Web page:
Conversations with friends who live in Delhi and the National Capital Region(NCR) inevitably turn towards the topic of real estate. Over the last two weeks, I met two friends and we ended up talking about the perils of the idea of owning real estate, among other things.
In case of one friend the builder has taken the money and is postponing building the apartments. Meanwhile, the housing finance company has turned a blind eye to this. At the same time, my friend is paying the EMI, though the promised home is nowhere in sight. He continues to pay rent as well. Not a happy situation to be in.
In case of the second friend, the builder ended up building more floors than he had initially promised. My friend was lucky to get possession and move in. But with more floors he is now sharing the infrastructure with more people than was initially planned and this has its own share of problems.
Other than sharing the infrastructure there is a bigger problem which most people don’t even realise. As Sushil Kumar Sayal writes in Inside Unreal Estate—A Journey Through India’s Most Controversial Sector: “When the builder builds a ten-floor block he digs the foundation to a certain depth; when the additional floors are added, does he ensure the foundation is deeper? He doesn’t. The authorities not only turn a blind eye to this safety hazard but are often hand in glove with errant builders.”
The question is why do builders overbuild? The builder-broker nexus essentially leads to overbuilding. As Sayal writes: “There is a close relationship between builders and brokers. Thus, very few builders in and around Delhi put their money into a project upfront. As soon as he wins land in an auction, he collects his band of brokers and sells the project to them. With that money, he pays for the land. The brokers, in return, are assured of space at a discount.”
What this clearly tells us is that the builder has very little of his own money (i.e. equity/capital) riding on the project at any point of time. Also, since he is giving a discount to the broker, he overbuilds. As Sayal writes: “Since he has given a discount to the brokers, the builder overbuilds in order to make money. The extra construction is frequently regularized. Even if it isn’t, nothing stops the builder and brokers from selling it. Often, the builder doesn’t even bother to get a completion certificate.”
The regularisation of the illegal floors happens in the days to come and is easy business for the builder. As Swati Ramanthan wrote in the Mint in June 2014: “State regularization initiatives unfortunately, have become tainted as tools for corruption, or political populism, or as a means to generate revenue for the state. Consider the following: in Kolkata, a meagre ex-parte penalty of Rs.500 per square foot allows regularization of illegal floors.”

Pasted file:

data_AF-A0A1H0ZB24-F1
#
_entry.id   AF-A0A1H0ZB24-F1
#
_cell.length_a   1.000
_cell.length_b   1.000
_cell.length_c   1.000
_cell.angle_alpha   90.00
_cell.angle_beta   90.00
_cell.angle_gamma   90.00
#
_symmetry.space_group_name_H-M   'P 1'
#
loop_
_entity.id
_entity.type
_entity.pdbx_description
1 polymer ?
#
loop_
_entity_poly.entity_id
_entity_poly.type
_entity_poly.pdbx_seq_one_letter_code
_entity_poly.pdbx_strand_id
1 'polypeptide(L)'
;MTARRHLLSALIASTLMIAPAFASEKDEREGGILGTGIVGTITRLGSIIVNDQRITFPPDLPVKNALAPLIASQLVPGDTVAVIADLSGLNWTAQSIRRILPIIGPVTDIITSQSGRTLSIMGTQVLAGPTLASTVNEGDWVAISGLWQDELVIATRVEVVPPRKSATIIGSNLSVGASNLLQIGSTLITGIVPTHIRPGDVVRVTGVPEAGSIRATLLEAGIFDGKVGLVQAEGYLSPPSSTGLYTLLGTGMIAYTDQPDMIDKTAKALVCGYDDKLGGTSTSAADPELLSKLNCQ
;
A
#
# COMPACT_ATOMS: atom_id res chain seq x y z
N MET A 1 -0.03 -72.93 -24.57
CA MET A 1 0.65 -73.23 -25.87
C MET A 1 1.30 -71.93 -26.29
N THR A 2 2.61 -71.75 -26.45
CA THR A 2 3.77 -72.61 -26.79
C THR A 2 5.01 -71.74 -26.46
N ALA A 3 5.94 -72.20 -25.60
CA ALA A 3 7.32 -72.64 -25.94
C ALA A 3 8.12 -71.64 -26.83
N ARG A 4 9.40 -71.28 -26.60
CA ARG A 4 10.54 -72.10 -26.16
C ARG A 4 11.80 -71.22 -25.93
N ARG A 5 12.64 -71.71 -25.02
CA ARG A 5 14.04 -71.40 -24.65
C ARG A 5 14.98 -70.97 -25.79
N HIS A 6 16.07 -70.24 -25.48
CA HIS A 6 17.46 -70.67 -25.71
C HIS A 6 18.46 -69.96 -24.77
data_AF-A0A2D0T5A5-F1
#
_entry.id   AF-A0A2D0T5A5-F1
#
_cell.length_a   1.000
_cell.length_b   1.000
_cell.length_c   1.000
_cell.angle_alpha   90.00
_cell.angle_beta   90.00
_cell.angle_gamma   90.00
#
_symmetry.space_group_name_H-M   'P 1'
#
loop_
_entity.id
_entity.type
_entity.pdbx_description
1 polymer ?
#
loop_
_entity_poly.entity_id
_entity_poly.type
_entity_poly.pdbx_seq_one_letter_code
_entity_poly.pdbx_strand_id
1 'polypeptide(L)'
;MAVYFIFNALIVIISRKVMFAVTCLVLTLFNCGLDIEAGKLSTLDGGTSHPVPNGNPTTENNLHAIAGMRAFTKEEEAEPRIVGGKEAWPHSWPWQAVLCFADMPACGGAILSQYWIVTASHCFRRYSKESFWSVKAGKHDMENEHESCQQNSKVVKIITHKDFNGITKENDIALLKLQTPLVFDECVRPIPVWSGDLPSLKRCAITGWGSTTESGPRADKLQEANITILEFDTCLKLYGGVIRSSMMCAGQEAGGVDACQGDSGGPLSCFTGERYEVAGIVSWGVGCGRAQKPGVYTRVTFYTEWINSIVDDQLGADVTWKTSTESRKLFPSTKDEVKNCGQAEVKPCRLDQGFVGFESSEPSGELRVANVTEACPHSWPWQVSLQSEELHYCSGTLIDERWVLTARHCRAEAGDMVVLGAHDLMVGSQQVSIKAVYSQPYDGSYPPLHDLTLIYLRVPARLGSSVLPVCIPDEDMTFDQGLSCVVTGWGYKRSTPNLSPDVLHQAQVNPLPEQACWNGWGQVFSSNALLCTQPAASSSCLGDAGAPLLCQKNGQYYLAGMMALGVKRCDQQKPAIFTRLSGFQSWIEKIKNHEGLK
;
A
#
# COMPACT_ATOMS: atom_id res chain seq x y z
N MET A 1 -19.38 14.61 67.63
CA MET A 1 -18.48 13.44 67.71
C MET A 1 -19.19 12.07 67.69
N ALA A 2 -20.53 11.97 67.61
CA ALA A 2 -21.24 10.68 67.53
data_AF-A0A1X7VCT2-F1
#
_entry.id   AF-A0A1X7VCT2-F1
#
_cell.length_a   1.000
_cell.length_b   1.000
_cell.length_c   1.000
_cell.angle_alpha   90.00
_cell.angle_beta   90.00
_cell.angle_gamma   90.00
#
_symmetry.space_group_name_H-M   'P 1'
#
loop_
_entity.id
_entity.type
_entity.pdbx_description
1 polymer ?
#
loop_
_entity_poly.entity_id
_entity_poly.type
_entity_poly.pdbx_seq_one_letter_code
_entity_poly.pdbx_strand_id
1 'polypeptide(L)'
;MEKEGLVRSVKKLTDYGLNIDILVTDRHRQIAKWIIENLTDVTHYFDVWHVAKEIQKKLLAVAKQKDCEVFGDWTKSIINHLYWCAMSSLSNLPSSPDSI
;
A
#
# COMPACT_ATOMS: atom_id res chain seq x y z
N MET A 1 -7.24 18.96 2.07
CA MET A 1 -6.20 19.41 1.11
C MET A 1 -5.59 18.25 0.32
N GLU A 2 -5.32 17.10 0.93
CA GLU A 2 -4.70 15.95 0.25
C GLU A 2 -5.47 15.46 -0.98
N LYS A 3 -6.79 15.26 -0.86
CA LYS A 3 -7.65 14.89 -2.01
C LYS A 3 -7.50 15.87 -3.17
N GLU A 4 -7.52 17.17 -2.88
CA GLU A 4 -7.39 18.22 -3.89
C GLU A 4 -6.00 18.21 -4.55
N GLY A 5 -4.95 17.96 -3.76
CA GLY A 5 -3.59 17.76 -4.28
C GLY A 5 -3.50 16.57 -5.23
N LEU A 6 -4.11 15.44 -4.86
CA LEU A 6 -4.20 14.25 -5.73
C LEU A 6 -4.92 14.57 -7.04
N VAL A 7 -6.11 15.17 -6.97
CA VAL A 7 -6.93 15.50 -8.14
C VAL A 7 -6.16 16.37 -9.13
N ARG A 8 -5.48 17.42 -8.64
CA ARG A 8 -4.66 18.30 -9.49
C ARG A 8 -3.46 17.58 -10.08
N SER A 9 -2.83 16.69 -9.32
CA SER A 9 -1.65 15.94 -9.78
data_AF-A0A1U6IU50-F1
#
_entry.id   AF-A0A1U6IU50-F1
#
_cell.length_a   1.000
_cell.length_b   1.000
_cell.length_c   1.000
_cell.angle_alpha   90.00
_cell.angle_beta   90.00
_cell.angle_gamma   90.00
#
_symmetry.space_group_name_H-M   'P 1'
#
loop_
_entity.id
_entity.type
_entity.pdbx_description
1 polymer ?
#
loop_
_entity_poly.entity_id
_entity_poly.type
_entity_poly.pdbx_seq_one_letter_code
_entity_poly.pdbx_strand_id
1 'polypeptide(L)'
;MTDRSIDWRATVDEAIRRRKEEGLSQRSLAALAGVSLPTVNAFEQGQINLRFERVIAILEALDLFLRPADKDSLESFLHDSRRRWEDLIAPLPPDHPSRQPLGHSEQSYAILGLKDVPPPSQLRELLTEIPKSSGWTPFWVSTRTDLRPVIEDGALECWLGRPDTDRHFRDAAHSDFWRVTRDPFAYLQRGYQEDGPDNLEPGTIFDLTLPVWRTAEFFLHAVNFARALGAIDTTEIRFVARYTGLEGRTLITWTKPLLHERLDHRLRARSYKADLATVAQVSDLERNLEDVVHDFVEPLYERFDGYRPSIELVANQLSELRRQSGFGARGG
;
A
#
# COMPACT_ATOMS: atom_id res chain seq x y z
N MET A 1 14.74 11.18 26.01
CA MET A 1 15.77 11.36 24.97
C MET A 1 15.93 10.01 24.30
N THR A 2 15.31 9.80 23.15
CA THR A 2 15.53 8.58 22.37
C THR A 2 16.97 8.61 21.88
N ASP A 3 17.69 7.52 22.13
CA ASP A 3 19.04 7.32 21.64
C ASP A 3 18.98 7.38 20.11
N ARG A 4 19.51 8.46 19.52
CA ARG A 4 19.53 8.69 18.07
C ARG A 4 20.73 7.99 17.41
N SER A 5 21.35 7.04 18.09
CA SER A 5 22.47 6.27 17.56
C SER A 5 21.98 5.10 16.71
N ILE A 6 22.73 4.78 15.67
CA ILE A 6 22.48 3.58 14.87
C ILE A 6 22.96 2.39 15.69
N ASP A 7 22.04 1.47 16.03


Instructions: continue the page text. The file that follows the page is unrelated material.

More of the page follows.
In this scenario it is not surprising that the builder builds extra floors and gets away with it. Also, what explains the fact that the builders goes around selling a project which he hasn’t got a total clearance for? The simple answer is greed. But there is a more complicated answer as well. The economic incentive is at work.
As Sayal writes: “Under the law, a builder cannot sell his project unless he has secured all the clearances. These clearances can take up to two years to obtain. Given the high land prices all over the country, no builder can afford to let the investment sit idle for two years. He has no choice but to violate the law and pre-sell the project.”
In fact, this will be the single biggest impediment to the success of the Real Estate (Regulation and Development) Bill, 2013, which was recently passed. I had made this point on December 14, last year. Nevertheless, it is worth repeating here.
The Real Estate Act wants the real estate regulator (to be set up in every state) in order to facilitate the growth and promotion of a healthy, transparent, efficient and competitive real estate sector, to make recommendations to the appropriate state government on creation of a single window system ensuring time bound project approvals and clearances for timely completion of real estate projects.
I guess there is nothing beyond this the central government can really do. So it ultimately boils down to the state governments whether they are in the mood to give a single window clearance for real estate projects.
How good are the chances of something like that happening? The entire process of clearing a real estate project through the various stages is a good money making exercise for both state level politicians as well as bureaucrats.
So the economic incentive is clearly against a single window clearance. Also, much of the money thus raised is used to fight elections at the state level. The builder-political nexus is a huge source of finance to fight elections at the state level for politicians. Will this nexus break down?
You know what I think of it. Nevertheless, let’s wait and watch.
The column originally appeared on Vivek Kaul’s Diary on March 28, 2016